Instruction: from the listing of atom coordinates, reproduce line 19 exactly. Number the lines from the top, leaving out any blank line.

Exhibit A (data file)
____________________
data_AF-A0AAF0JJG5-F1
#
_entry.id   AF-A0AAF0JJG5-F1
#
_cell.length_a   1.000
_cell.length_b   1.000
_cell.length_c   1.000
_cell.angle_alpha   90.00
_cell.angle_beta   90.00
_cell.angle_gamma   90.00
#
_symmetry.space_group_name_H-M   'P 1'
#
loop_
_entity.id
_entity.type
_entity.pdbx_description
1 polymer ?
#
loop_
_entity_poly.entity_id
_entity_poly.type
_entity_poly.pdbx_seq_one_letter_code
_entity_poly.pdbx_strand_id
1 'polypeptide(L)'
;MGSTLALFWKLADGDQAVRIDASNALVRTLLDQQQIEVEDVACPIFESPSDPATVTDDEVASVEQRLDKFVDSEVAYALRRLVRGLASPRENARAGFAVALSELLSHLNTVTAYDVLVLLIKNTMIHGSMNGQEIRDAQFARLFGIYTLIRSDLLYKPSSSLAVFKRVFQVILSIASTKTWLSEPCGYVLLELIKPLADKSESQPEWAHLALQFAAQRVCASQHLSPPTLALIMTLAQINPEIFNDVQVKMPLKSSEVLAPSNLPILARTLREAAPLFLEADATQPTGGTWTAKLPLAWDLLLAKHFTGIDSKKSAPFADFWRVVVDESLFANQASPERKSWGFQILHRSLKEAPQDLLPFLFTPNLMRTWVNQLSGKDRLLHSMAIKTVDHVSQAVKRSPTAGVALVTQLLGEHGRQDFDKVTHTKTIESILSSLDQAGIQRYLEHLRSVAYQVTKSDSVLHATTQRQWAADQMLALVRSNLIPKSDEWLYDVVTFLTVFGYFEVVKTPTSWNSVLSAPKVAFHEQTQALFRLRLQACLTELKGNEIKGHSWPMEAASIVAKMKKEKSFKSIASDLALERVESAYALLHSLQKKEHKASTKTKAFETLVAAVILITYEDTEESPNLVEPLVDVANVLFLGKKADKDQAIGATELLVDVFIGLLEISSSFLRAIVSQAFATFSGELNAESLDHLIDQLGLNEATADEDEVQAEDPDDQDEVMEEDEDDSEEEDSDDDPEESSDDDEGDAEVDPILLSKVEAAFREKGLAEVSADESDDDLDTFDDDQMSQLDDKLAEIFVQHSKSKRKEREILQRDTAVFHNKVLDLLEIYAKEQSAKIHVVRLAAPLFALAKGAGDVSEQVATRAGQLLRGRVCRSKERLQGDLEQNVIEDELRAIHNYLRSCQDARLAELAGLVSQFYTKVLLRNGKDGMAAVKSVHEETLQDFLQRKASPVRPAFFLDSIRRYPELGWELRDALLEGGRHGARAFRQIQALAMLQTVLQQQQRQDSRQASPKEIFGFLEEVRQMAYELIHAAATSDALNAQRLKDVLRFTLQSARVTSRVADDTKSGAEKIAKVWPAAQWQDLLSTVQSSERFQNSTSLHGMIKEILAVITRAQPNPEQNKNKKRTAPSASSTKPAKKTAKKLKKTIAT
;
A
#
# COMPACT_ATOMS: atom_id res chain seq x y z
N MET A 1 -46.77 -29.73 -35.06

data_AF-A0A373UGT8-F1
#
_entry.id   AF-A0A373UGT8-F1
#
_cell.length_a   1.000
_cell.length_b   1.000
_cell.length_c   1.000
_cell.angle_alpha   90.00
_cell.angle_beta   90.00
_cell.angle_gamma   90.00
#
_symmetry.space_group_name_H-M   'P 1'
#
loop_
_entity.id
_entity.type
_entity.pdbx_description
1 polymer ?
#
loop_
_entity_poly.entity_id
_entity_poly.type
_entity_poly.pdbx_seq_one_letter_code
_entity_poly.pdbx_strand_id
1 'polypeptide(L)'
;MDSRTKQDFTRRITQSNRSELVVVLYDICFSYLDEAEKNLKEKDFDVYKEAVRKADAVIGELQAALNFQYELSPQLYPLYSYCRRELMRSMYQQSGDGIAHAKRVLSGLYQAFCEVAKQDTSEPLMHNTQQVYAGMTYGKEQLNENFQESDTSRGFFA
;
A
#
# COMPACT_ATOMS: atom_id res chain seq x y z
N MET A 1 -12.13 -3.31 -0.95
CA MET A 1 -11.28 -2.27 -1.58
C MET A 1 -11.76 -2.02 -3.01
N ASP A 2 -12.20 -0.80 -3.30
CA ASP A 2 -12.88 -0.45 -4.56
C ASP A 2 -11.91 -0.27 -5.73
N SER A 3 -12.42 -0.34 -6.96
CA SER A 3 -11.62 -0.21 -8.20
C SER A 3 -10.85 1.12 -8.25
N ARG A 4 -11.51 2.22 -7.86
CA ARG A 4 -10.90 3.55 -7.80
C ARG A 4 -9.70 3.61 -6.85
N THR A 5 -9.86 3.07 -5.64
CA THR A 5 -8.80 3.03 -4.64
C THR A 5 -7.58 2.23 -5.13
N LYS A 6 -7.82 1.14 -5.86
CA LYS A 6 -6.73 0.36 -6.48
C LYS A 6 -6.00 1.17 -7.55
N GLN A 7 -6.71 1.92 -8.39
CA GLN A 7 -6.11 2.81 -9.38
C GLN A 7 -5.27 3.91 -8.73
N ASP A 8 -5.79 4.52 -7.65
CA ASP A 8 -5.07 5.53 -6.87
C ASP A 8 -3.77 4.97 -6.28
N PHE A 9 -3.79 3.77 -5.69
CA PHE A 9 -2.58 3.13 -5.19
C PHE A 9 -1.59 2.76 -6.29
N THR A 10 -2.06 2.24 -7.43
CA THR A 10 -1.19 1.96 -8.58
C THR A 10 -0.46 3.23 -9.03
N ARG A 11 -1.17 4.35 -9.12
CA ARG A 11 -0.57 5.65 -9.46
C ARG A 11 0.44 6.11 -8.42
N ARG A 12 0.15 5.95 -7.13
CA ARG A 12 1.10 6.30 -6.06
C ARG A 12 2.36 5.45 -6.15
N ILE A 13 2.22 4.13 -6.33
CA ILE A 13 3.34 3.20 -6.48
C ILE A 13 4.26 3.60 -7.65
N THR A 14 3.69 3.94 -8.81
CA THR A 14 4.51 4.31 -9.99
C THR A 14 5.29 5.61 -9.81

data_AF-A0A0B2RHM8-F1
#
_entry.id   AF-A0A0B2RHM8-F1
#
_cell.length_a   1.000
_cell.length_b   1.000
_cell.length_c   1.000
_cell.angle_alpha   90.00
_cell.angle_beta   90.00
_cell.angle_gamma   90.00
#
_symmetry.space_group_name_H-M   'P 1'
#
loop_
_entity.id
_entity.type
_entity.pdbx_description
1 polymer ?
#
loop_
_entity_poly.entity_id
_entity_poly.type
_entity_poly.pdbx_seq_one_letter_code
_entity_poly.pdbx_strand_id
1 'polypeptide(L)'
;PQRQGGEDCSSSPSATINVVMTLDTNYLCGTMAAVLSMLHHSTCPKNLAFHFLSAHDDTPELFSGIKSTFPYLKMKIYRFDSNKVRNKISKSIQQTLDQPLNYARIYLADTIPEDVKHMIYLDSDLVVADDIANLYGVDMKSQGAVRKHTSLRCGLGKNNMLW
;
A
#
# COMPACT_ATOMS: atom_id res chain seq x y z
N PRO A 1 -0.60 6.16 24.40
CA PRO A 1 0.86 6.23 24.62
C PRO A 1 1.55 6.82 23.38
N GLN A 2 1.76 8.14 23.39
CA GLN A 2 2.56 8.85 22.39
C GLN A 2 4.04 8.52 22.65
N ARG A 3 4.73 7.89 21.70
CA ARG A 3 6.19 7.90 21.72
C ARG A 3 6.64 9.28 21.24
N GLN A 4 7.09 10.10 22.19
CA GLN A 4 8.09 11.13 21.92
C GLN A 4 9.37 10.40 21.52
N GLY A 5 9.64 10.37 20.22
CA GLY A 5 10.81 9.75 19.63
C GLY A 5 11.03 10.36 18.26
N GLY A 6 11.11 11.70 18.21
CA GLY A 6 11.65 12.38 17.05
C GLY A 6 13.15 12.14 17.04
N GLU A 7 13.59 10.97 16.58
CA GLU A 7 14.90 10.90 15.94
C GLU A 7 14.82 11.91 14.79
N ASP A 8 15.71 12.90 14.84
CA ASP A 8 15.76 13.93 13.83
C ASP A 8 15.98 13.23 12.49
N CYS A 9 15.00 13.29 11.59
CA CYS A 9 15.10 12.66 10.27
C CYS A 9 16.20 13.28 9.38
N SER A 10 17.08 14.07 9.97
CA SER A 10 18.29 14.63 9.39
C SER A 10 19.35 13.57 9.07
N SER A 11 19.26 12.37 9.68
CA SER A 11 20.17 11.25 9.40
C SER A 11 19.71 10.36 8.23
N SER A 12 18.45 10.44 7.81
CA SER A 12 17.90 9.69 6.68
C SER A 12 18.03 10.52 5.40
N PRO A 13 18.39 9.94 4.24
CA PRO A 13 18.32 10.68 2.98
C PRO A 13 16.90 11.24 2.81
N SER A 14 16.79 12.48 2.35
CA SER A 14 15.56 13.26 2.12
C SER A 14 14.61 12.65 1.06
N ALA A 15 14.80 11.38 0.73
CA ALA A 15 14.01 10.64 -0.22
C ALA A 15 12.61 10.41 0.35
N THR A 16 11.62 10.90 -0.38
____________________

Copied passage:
#